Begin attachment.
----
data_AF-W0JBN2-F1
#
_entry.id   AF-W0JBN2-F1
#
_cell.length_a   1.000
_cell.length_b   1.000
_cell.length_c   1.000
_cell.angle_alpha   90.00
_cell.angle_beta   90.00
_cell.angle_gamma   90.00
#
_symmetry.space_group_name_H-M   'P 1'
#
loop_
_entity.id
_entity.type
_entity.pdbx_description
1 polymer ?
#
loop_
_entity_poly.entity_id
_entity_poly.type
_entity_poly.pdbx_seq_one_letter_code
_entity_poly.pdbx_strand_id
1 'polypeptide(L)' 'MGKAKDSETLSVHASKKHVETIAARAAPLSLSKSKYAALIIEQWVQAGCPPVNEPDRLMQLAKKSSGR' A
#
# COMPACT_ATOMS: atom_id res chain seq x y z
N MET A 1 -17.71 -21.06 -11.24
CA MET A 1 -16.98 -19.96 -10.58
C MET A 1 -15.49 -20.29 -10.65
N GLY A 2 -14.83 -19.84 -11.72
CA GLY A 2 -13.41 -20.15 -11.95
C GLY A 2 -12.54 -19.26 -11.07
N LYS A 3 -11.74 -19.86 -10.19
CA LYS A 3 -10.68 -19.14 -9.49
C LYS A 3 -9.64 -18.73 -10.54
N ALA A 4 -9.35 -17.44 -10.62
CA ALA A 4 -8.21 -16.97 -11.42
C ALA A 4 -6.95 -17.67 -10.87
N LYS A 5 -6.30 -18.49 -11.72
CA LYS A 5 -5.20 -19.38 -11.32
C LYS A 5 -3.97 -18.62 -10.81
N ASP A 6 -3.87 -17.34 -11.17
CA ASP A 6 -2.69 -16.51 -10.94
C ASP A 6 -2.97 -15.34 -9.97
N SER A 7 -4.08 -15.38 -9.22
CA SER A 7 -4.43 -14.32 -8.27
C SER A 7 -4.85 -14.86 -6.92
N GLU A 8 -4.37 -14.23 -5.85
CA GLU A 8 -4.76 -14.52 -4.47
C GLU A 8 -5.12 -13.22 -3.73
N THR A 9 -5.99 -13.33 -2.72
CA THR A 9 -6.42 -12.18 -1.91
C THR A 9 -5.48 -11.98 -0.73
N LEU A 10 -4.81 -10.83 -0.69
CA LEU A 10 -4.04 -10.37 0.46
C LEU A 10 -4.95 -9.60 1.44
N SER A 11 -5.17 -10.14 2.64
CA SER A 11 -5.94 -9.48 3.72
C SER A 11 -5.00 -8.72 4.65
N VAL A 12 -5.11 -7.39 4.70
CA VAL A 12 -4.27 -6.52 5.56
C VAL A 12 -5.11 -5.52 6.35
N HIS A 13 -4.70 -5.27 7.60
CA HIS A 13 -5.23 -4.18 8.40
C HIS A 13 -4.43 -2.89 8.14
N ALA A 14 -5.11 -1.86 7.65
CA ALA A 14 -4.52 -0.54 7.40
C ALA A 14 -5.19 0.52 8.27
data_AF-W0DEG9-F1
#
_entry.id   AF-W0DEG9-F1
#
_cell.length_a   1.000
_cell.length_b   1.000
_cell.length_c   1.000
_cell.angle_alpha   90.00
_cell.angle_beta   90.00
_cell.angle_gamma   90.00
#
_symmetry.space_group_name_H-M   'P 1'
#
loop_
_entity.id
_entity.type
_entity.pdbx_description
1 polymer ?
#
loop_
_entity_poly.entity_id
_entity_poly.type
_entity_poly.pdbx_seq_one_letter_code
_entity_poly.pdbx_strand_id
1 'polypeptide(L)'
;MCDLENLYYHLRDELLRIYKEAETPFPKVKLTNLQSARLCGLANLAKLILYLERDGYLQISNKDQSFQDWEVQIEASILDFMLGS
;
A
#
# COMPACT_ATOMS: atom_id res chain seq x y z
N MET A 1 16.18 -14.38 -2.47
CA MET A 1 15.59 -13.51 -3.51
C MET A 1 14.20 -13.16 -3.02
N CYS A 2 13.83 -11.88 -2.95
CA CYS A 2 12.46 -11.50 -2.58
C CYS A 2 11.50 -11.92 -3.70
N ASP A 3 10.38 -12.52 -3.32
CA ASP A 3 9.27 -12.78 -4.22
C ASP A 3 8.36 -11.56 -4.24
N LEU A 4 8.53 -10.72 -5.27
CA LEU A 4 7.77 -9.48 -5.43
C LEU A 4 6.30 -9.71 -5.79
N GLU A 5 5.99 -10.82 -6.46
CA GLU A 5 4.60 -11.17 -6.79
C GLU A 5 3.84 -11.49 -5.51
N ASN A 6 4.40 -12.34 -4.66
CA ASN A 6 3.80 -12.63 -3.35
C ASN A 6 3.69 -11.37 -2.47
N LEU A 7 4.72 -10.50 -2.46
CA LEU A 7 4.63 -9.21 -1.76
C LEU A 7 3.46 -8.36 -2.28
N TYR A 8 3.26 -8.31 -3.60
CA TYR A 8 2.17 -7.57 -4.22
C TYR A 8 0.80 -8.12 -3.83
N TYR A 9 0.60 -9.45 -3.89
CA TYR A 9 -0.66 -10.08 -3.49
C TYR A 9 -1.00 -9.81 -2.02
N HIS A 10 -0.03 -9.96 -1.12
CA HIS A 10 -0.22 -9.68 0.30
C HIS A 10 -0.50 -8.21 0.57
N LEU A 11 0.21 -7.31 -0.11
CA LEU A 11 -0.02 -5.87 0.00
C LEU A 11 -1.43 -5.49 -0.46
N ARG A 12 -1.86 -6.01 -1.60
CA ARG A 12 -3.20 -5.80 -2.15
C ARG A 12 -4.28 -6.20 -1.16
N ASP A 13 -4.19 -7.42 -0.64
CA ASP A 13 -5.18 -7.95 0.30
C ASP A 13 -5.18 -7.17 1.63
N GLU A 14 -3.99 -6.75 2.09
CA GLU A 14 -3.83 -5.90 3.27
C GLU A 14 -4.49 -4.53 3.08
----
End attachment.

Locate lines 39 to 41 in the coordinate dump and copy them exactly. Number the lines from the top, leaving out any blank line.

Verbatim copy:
C ALA A 4 -6.95 -17.67 -10.87
N LYS A 5 -6.30 -18.49 -11.72
CA LYS A 5 -5.20 -19.38 -11.32